Wednesday, December 09, 2009

In defense of Twitter

This article writes out the well-known reasons why you shouldn't broadcast your life online, well-known to anyone under 50 with more than a room temperature IQ. Nothing in that article caught my attention, except for when Timson writes about "a look-at-me society in which people no longer think twice before tweeting about the panini they had for lunch". Gregg Easterbrook wrote that Facebook and Twitter receive an inordinate amount of attention from journalists because they're easy to understand for middle-aged writers.

Whenever someone sits down to write down a zeitgeist piece, usually some well-meaning older fellow overwhelmed by technology who wants to write about "just how crazy it all is", with something about the "craziness" of Christmas shopping thrown in for good measure, they'll make reference to Twitter. A subway ad here for a college show a picture of a girl and says something like "the future will be written by her (or at least Tweeted)". About five years ago, CNN discovered the Internet along with the rest of the mainstream news media, and blogging was how overwhelmed writers pejoratively described technology they didn't understand. Then Facebook and YouTube played those roles, and now it's Twitter.

There's a difference between not liking something for a variety of reasons, justified or otherwise, and fundamentally not understanding how something works. Most of my friends fall into the former camp, and, sadly, a lot of older people fall into the latter camp. I was in the former camp a few months ago when I started using Squeaker and Woofer, but then I had to concede that I liked Twitter.

Depending on your interests, you can go to Twitter and see concise but fairly on-topic and reasonably interesting conversations about that topic. In my case, it's discussions about football, as well as good prices for flights from Toronto, K-pop stars and elite runners. For other topics that you don't normally follow but are, for some reason, interested in at a particular moment, you can search to find real-time results. So, if you're watching a football game and want to know what people are thinking, you can search for that. If you're a hypochondriac or work in healthcare and therefore care about H1N1, you can find a few dozen Tweets from the last three minutes on that topic.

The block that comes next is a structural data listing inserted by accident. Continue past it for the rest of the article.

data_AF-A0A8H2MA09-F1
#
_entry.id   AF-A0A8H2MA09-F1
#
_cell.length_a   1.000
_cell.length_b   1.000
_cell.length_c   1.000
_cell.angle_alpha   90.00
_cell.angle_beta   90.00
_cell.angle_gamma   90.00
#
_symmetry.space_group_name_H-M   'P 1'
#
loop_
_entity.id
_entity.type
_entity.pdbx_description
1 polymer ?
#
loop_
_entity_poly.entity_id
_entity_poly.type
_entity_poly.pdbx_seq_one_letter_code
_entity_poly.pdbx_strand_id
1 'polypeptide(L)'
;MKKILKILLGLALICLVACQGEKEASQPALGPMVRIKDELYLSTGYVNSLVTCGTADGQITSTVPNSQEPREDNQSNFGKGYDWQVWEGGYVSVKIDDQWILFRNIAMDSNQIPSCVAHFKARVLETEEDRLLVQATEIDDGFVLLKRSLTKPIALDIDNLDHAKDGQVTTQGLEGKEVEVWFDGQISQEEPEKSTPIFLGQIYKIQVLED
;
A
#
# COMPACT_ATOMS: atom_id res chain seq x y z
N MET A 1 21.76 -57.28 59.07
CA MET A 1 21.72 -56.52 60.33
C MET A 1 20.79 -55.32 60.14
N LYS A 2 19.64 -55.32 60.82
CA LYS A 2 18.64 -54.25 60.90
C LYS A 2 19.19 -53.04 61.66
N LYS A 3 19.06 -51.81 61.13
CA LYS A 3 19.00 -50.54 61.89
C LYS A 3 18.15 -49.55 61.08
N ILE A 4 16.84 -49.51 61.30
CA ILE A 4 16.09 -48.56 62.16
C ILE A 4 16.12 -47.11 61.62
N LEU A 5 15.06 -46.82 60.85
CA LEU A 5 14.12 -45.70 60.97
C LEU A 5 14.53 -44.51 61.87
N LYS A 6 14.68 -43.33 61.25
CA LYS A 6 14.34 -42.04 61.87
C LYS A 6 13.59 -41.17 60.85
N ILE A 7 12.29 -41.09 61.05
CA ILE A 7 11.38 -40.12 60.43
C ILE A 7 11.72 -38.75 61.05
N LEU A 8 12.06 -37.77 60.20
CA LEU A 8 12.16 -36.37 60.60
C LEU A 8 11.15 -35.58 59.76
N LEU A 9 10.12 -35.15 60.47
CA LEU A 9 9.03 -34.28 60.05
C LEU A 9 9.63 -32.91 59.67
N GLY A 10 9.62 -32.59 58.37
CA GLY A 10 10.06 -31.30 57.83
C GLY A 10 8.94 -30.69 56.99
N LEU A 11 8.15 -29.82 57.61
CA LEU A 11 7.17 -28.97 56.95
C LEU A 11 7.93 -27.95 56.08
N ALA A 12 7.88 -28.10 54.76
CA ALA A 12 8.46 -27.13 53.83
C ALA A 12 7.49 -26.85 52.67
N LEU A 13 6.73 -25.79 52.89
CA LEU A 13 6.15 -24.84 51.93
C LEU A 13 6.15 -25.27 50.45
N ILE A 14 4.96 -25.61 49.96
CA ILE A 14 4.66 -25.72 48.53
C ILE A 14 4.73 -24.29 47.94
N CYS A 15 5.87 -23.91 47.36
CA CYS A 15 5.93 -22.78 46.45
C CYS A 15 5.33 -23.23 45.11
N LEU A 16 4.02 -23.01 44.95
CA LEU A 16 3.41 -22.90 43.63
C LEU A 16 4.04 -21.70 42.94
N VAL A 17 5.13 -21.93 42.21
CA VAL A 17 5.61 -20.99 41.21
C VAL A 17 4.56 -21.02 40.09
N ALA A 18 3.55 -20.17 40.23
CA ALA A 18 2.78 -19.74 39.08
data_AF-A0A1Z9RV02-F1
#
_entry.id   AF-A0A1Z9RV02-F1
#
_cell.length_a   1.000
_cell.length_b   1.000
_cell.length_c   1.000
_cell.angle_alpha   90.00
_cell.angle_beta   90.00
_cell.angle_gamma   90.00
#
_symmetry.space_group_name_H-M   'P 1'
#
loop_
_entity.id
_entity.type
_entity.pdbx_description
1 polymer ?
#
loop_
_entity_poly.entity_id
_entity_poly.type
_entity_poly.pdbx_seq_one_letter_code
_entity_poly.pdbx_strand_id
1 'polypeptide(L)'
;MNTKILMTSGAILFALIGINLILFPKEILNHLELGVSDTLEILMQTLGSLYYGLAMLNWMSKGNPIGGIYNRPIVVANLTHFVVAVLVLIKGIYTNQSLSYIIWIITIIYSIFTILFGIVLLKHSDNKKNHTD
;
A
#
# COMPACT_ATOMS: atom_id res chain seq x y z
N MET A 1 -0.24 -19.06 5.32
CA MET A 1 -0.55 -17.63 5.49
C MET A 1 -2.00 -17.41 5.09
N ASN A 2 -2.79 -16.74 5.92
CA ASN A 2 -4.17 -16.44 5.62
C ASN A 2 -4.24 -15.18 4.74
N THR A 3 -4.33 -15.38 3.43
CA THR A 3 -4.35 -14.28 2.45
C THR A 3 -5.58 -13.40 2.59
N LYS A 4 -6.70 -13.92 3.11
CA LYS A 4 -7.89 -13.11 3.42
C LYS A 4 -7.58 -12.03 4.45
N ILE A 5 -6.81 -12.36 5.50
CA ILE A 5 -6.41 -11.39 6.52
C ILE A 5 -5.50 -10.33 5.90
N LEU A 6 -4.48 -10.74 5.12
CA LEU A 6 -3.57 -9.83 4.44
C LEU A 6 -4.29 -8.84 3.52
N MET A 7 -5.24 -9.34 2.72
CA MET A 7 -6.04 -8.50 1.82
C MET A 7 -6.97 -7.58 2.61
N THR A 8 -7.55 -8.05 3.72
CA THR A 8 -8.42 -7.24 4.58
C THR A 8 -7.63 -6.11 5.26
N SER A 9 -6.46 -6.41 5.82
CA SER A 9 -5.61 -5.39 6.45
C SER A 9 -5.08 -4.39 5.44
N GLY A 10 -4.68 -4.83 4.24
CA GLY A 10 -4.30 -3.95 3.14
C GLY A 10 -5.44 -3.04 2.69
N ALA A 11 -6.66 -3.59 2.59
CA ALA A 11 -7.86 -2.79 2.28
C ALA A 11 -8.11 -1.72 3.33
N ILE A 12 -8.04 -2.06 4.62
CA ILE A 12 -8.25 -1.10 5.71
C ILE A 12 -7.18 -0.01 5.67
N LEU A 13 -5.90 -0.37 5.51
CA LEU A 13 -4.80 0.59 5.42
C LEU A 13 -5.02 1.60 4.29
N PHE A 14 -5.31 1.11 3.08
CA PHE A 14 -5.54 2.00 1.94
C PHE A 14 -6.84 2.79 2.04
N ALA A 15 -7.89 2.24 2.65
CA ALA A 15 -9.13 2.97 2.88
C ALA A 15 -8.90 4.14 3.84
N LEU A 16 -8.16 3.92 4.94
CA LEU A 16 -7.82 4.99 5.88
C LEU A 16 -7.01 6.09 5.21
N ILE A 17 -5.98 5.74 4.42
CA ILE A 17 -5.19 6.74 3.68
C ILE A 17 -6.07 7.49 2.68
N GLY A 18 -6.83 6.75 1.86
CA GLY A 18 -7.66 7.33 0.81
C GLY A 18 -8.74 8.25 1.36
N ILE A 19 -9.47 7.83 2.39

By comparison, my Facebook feed right now is showing me that one person joined a six degrees of separation group, another shared a link from Perez Hilton, and others are sharing asinine inside jokes and talking about the weather. As Facebook moves more and more away from being able to connect you with strangers by removing networks, Twitter is better able to fill in the gap created by the intellectual shortcomings of your friends list. Granted, Facebook has more users that play Farmville than France has people or Twitter has users, but that really says more about Facebook than it does about Twitter.

Admittedly, Twitter works better as a news source than it does as a conversation. I don't like adding genuine human beings because even if they spend a little bit of time being human, you're treated to links to grainy, cell phone pictures of bright lights and some guy's rimmed glasses. It's also not entirely obvious how to use the website, accounting for a lot of middle-aged misunderstandings, but the more passionate your interests, the more you'll enjoy Twitter.

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